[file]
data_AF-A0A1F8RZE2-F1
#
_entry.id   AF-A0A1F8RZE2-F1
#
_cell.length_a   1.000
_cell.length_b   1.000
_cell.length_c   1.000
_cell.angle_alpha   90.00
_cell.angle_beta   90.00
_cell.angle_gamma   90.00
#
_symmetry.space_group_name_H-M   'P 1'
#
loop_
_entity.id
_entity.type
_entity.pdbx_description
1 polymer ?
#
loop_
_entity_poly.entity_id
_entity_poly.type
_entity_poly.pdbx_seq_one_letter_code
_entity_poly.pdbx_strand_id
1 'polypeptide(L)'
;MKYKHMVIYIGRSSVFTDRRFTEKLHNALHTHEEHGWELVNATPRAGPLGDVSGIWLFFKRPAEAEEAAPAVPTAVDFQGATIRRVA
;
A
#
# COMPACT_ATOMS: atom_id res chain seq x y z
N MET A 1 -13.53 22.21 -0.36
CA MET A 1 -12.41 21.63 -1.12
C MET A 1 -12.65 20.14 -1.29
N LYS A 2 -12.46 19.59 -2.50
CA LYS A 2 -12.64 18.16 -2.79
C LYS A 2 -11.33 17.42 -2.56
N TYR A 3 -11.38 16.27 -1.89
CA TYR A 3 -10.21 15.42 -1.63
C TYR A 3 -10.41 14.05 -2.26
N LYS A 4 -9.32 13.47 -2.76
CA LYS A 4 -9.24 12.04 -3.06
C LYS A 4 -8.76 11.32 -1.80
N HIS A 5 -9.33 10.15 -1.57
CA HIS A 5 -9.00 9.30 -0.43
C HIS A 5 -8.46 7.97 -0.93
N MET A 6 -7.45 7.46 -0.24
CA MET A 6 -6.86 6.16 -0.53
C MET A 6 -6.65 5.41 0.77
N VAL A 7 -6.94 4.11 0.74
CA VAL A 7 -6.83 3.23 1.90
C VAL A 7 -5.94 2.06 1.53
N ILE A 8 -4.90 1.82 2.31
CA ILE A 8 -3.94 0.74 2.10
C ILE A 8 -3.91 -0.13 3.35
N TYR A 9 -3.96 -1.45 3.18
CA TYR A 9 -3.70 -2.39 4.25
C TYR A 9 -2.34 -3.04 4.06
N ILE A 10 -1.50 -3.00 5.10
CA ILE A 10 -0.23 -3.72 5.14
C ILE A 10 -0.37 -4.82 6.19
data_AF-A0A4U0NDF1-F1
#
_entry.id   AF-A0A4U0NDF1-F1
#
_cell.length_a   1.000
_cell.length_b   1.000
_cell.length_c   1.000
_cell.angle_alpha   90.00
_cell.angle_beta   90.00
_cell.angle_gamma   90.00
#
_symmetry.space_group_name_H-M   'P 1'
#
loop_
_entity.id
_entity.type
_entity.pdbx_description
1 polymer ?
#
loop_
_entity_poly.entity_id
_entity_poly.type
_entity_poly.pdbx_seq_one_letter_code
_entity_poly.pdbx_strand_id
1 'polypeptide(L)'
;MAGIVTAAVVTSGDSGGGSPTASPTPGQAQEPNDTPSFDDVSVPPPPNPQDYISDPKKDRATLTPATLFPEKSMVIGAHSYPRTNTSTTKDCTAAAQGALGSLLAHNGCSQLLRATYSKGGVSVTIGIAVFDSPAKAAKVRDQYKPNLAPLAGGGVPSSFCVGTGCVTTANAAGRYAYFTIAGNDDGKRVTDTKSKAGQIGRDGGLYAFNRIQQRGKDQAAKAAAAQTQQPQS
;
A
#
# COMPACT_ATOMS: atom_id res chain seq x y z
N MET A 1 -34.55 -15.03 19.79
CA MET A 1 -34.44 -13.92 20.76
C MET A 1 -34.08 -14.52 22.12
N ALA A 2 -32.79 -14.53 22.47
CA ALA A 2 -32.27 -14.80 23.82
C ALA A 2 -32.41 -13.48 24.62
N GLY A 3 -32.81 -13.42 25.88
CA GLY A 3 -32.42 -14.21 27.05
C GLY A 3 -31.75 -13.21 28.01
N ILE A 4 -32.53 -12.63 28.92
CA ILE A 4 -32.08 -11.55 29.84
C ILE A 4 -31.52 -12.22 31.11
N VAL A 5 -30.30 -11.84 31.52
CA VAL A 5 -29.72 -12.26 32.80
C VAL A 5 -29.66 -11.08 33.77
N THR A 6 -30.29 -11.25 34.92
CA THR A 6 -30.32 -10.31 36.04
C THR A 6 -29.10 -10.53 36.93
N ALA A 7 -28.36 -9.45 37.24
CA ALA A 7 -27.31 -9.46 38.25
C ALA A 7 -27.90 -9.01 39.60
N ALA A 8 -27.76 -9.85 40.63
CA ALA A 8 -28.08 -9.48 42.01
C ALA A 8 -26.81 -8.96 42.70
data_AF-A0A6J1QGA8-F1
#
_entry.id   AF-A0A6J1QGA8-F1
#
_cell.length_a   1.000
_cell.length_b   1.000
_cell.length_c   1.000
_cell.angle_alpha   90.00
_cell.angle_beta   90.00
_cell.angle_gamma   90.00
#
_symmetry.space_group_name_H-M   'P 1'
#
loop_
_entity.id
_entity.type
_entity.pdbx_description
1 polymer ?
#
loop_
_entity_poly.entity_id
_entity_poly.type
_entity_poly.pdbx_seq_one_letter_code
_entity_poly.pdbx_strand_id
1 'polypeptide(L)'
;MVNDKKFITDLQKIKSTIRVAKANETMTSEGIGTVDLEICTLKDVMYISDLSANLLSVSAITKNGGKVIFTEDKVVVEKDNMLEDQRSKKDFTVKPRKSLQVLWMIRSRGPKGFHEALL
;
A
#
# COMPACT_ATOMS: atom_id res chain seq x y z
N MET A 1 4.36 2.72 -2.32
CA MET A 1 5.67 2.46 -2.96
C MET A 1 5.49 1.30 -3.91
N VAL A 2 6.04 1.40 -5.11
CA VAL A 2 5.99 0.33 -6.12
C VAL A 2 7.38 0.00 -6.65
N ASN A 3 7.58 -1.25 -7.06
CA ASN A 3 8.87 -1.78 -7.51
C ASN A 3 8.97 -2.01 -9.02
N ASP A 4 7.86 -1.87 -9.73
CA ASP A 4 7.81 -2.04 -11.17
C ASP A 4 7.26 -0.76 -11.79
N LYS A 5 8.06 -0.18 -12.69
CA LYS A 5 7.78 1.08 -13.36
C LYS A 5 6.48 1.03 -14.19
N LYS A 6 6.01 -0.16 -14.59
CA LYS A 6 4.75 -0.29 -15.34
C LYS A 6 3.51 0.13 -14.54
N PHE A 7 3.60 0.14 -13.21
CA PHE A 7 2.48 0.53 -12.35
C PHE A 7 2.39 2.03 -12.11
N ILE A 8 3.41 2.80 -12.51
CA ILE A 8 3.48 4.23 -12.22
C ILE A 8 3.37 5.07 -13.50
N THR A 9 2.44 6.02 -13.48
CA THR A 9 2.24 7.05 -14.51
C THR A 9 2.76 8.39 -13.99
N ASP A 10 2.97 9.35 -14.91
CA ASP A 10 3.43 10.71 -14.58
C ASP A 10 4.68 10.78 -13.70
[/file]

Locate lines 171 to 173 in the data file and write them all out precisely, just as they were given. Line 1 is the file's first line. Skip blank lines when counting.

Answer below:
C THR A 9 2.76 8.39 -13.99
N ASP A 10 2.97 9.35 -14.91
CA ASP A 10 3.43 10.71 -14.58